Rating: 4 Stars.
Lada Dragwlya is not your typical character you find in your history books. She’s not even your typical female character, as she is so much more than that. As the daughter of Vlad the Impaler, she has inherited her father’s strength, ruthlessness and cunning. Her brother, the intellectual religious scholar, inherited none of it. As a ‘captive’ of the Ottoman empire, she waits patiently for her time to rise. When the two meet Mehemed, the heir to the Ottoman empire, neither sibling expects their worlds to be turned emotionally upside down.
When I started this book, what I had expected to take place was very different from what actually happened, and it wasn’t a bad thing. Having done some research on Vlad the Impaler in the past, I was curious to see him reimagined into a YA fiction, but he plays little to no role in the story outside of being casually mentioned. The story centers around his two children.
I loved Lada’s character, but as she’s not the kind of character I usually connect to. She’s stubborn, brutal, ruthless and tactical. She focuses her energies on vengeance and power, a rarity for a woman of this 1400s time period. Her emotions are present from time to time, but in the end, they do not control her.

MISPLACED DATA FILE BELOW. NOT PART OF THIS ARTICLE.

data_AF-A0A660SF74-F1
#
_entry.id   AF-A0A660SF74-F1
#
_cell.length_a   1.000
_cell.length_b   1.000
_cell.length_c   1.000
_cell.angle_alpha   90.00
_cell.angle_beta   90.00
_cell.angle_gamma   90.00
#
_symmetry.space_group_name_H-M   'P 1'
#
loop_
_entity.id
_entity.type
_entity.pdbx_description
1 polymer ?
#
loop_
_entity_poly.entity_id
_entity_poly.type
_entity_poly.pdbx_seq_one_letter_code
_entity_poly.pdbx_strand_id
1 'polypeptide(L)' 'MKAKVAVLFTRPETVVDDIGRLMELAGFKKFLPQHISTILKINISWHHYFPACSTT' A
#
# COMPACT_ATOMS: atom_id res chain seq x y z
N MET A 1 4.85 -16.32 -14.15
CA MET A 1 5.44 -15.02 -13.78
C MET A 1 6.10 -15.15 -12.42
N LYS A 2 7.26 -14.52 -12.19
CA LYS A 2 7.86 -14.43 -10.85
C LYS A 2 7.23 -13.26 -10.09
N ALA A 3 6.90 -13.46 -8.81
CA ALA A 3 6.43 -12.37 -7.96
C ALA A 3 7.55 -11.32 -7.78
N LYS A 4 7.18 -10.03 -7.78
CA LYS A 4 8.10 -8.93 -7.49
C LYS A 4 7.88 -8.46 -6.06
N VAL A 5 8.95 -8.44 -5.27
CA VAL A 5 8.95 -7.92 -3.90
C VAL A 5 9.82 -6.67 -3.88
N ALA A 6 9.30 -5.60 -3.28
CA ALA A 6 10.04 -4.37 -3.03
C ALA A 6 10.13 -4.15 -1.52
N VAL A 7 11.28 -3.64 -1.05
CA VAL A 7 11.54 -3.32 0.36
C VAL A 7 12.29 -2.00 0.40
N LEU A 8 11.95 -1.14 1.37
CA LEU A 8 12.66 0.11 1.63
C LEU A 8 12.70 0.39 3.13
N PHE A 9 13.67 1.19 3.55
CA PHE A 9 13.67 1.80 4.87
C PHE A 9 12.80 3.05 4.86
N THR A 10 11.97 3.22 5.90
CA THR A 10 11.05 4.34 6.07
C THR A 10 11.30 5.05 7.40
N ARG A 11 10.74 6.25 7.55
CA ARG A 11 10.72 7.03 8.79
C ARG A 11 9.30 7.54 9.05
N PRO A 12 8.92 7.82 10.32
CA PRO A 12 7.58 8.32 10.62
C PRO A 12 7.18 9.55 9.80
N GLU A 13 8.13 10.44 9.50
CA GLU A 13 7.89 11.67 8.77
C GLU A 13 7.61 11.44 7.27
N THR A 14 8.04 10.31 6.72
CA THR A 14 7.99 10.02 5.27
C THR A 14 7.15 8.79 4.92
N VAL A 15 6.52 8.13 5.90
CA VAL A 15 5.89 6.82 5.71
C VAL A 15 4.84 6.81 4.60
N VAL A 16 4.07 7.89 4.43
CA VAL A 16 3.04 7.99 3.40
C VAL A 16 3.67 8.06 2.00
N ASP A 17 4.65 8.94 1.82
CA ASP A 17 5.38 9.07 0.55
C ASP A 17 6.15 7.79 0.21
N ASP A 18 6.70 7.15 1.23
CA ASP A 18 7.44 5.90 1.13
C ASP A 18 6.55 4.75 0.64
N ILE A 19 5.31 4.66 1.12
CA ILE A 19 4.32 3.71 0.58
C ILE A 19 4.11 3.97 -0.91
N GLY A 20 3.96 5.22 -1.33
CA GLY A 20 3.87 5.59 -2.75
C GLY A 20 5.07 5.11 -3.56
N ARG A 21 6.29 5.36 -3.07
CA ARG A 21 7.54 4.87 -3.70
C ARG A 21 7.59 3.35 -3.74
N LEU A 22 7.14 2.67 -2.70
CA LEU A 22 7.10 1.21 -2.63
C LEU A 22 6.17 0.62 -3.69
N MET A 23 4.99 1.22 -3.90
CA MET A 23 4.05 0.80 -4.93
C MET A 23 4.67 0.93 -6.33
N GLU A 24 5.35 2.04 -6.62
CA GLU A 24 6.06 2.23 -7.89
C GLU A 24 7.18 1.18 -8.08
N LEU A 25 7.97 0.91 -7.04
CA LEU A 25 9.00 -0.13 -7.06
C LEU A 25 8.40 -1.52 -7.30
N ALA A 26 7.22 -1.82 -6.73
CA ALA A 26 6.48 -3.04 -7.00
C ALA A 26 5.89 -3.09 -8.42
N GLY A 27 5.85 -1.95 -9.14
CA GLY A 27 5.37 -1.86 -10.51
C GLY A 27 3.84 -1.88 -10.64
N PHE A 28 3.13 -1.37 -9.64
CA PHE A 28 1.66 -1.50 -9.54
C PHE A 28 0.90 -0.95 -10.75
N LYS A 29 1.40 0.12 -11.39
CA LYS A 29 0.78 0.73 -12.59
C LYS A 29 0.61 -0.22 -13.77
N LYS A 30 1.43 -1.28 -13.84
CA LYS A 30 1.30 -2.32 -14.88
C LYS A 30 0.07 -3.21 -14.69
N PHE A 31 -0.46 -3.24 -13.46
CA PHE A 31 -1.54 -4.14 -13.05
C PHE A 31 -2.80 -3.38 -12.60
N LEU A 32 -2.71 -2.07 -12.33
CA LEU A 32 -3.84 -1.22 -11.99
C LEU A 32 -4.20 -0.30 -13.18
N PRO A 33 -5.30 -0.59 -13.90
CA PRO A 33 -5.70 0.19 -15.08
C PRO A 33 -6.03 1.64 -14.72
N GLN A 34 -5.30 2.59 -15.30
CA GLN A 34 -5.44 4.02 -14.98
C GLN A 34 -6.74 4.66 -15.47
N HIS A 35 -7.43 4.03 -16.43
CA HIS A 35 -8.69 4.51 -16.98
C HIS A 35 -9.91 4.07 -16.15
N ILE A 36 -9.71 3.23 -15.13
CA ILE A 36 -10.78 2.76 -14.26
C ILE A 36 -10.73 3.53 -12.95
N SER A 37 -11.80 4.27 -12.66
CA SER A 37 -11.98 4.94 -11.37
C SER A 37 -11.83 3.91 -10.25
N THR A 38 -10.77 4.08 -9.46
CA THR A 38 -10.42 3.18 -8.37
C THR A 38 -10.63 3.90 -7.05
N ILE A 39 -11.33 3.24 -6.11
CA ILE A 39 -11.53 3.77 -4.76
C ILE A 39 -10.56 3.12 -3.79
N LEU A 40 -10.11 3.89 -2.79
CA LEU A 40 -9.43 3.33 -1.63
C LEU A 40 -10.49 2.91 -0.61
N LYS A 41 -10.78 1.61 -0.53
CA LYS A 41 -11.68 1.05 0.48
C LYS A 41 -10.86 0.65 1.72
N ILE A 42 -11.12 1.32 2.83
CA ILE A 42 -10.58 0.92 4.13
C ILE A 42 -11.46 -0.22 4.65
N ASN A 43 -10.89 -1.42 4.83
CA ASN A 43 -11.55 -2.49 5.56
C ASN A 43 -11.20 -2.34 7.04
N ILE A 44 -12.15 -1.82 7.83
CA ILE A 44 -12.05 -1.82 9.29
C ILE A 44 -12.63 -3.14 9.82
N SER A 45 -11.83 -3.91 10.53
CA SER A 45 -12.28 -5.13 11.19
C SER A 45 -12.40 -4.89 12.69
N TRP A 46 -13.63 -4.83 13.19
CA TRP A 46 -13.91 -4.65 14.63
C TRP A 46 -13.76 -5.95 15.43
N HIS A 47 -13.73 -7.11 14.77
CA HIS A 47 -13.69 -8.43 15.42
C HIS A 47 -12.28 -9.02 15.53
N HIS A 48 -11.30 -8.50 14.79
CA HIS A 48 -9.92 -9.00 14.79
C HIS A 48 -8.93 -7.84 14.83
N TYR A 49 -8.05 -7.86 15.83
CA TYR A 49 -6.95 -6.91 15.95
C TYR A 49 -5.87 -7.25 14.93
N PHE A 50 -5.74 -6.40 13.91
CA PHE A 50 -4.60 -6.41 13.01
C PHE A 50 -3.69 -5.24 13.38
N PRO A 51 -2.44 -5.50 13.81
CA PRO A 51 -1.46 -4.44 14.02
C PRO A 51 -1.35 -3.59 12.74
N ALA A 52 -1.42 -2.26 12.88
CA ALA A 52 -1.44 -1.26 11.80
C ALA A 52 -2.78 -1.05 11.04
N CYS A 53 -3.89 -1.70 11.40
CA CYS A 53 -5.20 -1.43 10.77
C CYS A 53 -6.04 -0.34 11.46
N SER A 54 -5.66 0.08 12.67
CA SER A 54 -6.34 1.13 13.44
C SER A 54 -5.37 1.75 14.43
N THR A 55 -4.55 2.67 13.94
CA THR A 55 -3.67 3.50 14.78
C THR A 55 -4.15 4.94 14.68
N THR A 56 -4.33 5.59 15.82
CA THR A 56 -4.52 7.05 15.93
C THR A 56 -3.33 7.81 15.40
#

Her brother is her stark contrast. He is caring and doesn’t have the stomach for battle. He prefers religious teachings and is continually seen as weak. It really emphasizes the power that Lada possess.
The book is exceptionally well researched, and the setting created is well thought out and thorough.
My only difficulty, towards the latter half of the book, seemed that it became a little difficult to see where the story was going.
Recommendations: It is not an easy read, it is not a light read, and it does have mature content. I wouldn’t put this into my middle school library.